Anger: Don't Put a Lid on It

Anger is a natural emotion. But when anger is mismanaged or hidden, it can affect your health, career, and relationships. If you find yourself struggling with anger issues, learn about strategies to help you deal with your emotions in a healthier way.

Coping With Anger

Learn Ways to Relax

There are many relaxation techniques that can help you reduce tension. Some examples include meditation, yoga, and deep breathing. Learning how to relax your body can help you release anger. Organizations like the American Psychological Association (APA) recommend practicing these techniques on a daily basis.

Think Differently

When feeling angry, it is common to think that the situation is a lot worse than it really is. You may interpret missing your flight, for example, as a catastrophe. This perspective, though, can make you feel angrier. Instead, ask yourself what you hope to achieve. For example, is your goal to arrive at your destination safely? If so, focus on steps that you can take to make that happen, like finding out if you can get on the next flight. Also, it is helpful to use sound logic to think through the situation. For example, no one is trying to sabotage your trip. Delays and cancellations happen to everyone and are due to a variety of factors, like weather conditions and mechanical problems.

Work Hard to Solve the Problem

People who are good problem solvers are able to zero in on the situation at hand and analyze it from a number of different angles. If you want to move away from being angry and move toward finding a solution, try this approach:

  • Find out exactly what the problem is
  • Think of a range of possible solutions
  • Spend time analyzing the outcome of each solution
  • Decide on the best approach for this particular situation

Set Aside Time to Talk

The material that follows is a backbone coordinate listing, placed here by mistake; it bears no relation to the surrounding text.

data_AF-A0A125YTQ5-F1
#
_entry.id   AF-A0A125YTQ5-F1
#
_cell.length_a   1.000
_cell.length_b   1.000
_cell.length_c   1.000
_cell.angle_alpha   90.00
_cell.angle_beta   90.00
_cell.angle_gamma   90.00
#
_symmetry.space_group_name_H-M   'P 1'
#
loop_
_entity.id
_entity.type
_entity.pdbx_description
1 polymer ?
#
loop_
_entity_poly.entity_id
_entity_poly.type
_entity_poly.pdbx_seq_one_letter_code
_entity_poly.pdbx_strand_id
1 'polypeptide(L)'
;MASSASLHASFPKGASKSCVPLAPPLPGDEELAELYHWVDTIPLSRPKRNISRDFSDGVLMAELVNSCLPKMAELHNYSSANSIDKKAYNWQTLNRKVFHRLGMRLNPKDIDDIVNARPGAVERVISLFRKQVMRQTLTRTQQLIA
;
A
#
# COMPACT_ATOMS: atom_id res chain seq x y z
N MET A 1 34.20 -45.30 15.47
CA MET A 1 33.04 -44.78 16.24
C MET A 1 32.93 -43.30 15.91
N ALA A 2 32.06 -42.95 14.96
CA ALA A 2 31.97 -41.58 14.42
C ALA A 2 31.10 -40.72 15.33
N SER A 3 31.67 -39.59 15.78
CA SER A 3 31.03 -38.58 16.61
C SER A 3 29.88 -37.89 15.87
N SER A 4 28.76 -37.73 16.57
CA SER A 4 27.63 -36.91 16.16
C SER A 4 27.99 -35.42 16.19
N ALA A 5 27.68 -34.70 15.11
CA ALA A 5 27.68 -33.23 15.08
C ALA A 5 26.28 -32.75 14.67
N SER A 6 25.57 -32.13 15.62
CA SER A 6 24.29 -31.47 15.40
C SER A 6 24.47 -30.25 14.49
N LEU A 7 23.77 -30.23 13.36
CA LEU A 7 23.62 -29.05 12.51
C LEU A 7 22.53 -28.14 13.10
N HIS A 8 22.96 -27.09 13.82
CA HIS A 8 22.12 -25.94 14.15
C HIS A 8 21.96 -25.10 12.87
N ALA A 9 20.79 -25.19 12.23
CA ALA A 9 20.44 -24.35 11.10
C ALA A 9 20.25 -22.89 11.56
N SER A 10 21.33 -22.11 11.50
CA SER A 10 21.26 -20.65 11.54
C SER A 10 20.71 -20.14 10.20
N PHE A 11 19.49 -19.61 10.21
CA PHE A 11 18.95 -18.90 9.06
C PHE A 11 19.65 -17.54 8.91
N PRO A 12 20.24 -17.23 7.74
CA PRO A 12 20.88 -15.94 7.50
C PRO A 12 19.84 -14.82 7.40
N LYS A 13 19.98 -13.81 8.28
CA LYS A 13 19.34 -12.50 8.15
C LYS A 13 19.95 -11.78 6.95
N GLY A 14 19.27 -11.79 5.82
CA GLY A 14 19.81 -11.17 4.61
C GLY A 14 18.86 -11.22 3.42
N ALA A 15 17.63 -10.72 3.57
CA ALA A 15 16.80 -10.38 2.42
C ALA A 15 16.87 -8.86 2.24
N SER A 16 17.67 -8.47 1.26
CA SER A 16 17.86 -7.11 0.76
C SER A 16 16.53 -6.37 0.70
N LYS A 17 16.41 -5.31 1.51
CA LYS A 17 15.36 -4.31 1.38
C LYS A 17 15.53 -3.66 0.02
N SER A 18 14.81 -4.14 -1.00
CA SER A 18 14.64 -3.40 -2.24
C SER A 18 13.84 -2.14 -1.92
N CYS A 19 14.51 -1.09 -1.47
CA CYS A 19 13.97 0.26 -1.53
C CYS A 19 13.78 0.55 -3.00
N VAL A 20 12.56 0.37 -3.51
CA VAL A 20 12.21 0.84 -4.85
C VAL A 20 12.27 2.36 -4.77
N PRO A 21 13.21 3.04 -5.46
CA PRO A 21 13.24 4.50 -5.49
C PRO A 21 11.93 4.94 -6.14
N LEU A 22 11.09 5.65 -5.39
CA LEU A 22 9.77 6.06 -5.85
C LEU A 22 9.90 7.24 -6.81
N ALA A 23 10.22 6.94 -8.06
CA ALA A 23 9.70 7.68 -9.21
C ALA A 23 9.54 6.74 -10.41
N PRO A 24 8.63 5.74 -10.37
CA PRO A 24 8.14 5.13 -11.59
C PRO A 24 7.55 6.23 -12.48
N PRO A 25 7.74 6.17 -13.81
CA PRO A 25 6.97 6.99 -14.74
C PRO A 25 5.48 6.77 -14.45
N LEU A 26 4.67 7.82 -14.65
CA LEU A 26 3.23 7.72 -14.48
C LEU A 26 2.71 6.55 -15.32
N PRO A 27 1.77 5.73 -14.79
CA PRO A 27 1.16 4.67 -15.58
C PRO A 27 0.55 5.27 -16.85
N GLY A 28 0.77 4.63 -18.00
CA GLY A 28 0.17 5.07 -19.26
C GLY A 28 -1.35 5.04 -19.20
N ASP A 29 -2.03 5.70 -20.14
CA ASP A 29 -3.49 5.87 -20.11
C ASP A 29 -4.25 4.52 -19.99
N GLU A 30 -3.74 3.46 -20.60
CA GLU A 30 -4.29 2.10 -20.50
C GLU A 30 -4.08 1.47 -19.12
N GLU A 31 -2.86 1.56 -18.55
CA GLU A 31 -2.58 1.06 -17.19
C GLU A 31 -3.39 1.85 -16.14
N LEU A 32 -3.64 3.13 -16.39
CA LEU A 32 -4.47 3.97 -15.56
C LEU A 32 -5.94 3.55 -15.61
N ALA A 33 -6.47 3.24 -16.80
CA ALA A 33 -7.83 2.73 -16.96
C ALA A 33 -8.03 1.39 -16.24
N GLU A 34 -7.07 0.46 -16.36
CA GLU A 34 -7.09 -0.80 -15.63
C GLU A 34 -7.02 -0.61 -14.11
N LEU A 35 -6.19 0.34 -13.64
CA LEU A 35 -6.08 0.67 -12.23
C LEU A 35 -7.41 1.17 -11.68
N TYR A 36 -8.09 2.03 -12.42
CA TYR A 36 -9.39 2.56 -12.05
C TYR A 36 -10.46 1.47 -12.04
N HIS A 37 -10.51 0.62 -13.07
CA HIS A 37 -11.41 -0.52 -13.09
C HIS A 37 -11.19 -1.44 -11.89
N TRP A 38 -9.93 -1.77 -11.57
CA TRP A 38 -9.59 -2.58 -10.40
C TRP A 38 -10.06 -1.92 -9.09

Are you having a conflict with someone you are close to? If so, think about the possible consequences of lashing out. For example, you could really hurt this person and damage the relationship. Is this really what you want? Instead of letting your anger flare up, schedule a time to discuss the situation in a peaceful location where you feel at ease.

Express Yourself

When you are ready to talk about an important situation, work hard to get your message across without attacking the other person. For example, one effective strategy is to use "I-statements," such as "I feel angry and neglected when you don't ask me about my about my job." The goal is to express how you feel in a way that is direct but not hurtful to the other person. Making comments like "You think your job is more important than mine" is telling the other person how they feel and may cause them to become defensive.

Listen Carefully

Discussing an important issue, though, is not just about expressing yourself. Listening carefully is also extremely important. What is the other person saying? Do they have a valid point? If you allow your anger to take over, you will not be able to find common ground. So, strive to be clear when you speak but also patient when the other person is voicing their point of view.

It is possible to learn new ways to deal with anger. Anger does not have to take over your life and negatively impact the lives of the people around you. If you find yourself struggling, though, there are therapists who specialize in anger management. A therapist can not only help address your anger but also other mental health issues that you may be dealing with.


American Psychological Association


Canadian Mental Health Association
Canadian Psychiatric Association


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Updated February 2016. Accessed March 24, 2016.
Anger management 2: counselors strategies and skills. Eric Digests website. Available at:
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Accessed March 24, 2016.
Dealing with anger in marriage. The Ohio State University website. Available at:
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Updated April 23, 2010. Accessed March 24, 2016.
Problem solving strategies. Lorain County Community College website. Available at:
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Accessed March 24, 2016.
Strategies for controlling your anger. American Psychological Association website. Available at:
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Updated October 2011. Accessed March 24, 2016.
Last reviewed March 2016 by Michael Woods, MD
Last Updated: 5/8/2014

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